People in Britain are less happy than those in Australia, New Zealand or the US, but more contented than their peers in Germany, France and Spain, the 2015 World Happiness Report has found.
According to the new study, which examined factors including economics, psychology, health and public policy in 158 countries, Switzerland is officially the happiest country on Earth, followed by Iceland, Denmark, Norway and Canada.
Britain lagged behind in 21st place, up one place from last year’s survey. New Zealand at No 9, Australia 10, the United States 15, Germany 26, France 29, and Spain at 36.
First published in 2012, the World Happiness Report is an initiative of the United Nations’ Sustainable Development Solutions Network, which ranks countries in terms of their population’s wellbeing and reflects the recent global interest in happiness as criteria for informing government policy.
“A rapidly increasing number of national and local governments are using happiness research in their search for policies that could enable people to live better lives,” the report says. “Increasingly happiness is considered a proper measure of social progress and goal of public policy.”
The report focuses on people’s evaluations of their lives and includes wealth (GDP per capita), social support, healthy life expectancy, freedom (“Are you satisfied or dissatisfied with your freedom to choose what you do with your life?”), generosity (“Have you donated money to a charity in the past month?”), and government corruption.
“There is no single key to happiness,” US economist Jeffrey Sachs, who led the team behind the World Happiness Report, explained. “Being rich? That’s good, but it’s only a modest part of the story. Trusting society, having a government that ranks low in corruption, a society where people are generous and volunteering – all of these are important for happiness.”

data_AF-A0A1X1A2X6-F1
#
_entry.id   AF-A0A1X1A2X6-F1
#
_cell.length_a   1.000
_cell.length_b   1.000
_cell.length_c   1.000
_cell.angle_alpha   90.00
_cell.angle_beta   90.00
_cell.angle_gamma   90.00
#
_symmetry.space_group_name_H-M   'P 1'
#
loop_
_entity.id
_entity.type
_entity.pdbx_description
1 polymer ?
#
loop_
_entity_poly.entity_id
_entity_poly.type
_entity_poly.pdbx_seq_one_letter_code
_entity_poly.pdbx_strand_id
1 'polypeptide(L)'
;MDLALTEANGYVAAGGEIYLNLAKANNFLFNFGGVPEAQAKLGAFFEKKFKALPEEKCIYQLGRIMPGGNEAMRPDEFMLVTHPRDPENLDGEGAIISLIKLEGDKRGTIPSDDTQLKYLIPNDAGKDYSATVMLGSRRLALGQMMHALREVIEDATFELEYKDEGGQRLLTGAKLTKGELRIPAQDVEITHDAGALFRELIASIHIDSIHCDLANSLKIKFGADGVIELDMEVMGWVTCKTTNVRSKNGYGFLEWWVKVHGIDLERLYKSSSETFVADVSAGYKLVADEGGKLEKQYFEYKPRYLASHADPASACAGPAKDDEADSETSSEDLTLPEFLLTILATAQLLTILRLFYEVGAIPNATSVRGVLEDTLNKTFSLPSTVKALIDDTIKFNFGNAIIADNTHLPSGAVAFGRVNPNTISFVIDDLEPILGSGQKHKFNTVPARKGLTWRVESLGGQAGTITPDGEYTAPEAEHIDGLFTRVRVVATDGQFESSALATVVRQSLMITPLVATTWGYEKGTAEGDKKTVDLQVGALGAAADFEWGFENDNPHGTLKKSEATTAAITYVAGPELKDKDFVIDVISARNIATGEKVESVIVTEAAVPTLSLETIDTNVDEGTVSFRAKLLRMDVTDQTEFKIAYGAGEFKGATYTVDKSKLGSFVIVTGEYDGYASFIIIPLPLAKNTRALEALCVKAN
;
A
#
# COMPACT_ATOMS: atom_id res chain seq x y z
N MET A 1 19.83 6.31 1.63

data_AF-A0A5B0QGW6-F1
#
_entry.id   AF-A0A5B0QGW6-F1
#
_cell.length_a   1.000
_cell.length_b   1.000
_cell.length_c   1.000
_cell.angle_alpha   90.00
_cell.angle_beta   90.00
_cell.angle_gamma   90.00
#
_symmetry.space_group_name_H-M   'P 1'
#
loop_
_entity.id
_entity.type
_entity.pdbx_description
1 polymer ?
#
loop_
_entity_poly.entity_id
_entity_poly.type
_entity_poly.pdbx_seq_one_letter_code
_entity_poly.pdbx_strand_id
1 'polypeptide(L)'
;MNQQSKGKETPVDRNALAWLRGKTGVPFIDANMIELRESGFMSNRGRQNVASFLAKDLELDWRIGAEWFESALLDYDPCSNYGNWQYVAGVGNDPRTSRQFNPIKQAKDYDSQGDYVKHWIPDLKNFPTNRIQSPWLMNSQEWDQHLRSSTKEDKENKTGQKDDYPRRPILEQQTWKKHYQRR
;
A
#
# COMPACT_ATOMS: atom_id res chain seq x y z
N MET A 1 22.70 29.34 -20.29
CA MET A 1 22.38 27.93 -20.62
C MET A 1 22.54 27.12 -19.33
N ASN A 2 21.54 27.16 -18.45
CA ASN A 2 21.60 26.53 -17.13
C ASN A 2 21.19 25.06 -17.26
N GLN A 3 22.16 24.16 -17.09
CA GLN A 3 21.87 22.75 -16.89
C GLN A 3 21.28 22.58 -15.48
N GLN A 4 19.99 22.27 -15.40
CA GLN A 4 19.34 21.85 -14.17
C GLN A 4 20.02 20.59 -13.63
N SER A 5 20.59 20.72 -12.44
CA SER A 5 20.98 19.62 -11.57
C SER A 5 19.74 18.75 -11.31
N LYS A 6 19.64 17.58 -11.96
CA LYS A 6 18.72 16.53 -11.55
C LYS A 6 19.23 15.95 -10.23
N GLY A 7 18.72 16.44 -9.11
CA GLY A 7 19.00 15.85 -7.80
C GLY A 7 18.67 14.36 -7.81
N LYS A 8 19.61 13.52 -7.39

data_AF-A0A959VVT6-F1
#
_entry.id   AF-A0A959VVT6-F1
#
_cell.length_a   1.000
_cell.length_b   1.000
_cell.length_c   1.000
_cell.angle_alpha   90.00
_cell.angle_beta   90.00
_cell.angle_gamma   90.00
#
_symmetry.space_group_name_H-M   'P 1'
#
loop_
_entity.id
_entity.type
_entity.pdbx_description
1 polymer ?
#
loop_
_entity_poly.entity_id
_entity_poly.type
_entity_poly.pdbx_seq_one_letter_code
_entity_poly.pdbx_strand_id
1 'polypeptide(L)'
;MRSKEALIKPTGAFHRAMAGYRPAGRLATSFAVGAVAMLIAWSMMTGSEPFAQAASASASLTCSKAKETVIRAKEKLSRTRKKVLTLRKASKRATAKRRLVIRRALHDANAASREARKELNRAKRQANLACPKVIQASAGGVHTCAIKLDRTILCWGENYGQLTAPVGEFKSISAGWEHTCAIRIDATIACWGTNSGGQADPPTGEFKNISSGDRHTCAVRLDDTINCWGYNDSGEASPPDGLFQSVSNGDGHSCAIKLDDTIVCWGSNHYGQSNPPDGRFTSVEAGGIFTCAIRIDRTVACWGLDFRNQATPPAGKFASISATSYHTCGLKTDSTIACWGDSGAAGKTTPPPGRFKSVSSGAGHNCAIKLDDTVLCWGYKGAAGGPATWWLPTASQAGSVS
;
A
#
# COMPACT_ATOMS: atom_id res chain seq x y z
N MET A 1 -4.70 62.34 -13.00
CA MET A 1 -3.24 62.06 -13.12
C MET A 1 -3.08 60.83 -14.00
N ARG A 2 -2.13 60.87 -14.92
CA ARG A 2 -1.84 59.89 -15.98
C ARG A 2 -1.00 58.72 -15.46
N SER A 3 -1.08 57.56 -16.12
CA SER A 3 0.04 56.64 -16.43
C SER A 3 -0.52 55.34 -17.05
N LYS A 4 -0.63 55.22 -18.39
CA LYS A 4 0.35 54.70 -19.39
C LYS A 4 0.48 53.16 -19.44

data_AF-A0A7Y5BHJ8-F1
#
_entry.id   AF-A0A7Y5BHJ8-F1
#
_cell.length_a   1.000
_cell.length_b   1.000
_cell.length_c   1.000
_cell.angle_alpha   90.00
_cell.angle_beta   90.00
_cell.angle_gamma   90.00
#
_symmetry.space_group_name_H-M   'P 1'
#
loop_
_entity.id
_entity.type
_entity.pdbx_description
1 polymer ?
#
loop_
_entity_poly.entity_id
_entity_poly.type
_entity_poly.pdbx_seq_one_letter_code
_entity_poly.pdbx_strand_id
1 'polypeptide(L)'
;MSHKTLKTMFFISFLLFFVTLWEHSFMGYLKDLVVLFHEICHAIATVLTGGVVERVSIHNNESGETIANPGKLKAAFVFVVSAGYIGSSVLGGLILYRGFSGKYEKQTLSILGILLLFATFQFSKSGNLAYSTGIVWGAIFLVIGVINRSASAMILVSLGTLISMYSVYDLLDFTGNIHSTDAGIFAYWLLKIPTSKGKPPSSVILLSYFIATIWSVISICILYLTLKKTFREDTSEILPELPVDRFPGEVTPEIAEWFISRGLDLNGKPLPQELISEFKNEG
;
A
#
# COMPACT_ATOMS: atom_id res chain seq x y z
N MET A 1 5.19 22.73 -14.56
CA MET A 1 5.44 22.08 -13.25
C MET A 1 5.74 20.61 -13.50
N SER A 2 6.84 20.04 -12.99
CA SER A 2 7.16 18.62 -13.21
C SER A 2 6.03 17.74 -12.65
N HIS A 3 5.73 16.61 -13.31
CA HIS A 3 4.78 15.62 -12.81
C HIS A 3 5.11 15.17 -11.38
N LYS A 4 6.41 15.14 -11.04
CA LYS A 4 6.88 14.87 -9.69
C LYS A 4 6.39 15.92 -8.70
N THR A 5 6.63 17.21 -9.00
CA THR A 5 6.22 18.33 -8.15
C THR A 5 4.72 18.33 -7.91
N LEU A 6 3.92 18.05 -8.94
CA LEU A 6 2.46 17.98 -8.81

Five years ago, shortly after coming to power, David Cameron commissioned a controversial £2m survey by the Office for National Statistics (ONS) to measure Britain’s national wellbeing. Despite Britain’s international ranking for happiness, the ONS in its most recent survey found that people in the UK feel much more positive about their lives in 2014 than in the three preceding years.
Over the past three years, 51 per cent of categories measured – which included people’s happiness with their work, health, material wellbeing, relationships, social support and local environment –had improved or shown no change. Moreover, the proportion of people selecting the highest ratings for each aspect of personal wellbeing had increased significantly, with over a quarter (26.8 per cent) of people aged 16 and over rating their life satisfaction at the highest levels, compared with only 5.6 per cent at the lowest. Nevertheless, the ONS survey found almost two-thirds (62 per cent) of people in the UK said they tend not to trust the Government.
The Independent on Sunday’s annual Happy List seeks to honour those who contribute to this nation’s happiness by actively improving the lives of others. Last year’s list featured a 93-year-old woman raised more than £100,000 for charity by dressing as a bee and a heroic lollipop lady who saved the lives of children by diving in front of a speeding car.
Similar unsung heroes can now be nominated for this year’s List. Its objective is to celebrate people whose kindness and bravery help to make Britain a happier, more caring place, but who go unrecognised outside their own communities.
All those selected for the list, to be announced in June, will appear in a special section of the paper. The IoS is also partnering the social-giving platform JustGiving to further highlight those featured. Every individual on the Happy List will be put forward for special recognition at the JustGiving 2015 Awards, in September.
A full breakdown of the 2015 World Happiness Report can be found at http://worldhappiness.report/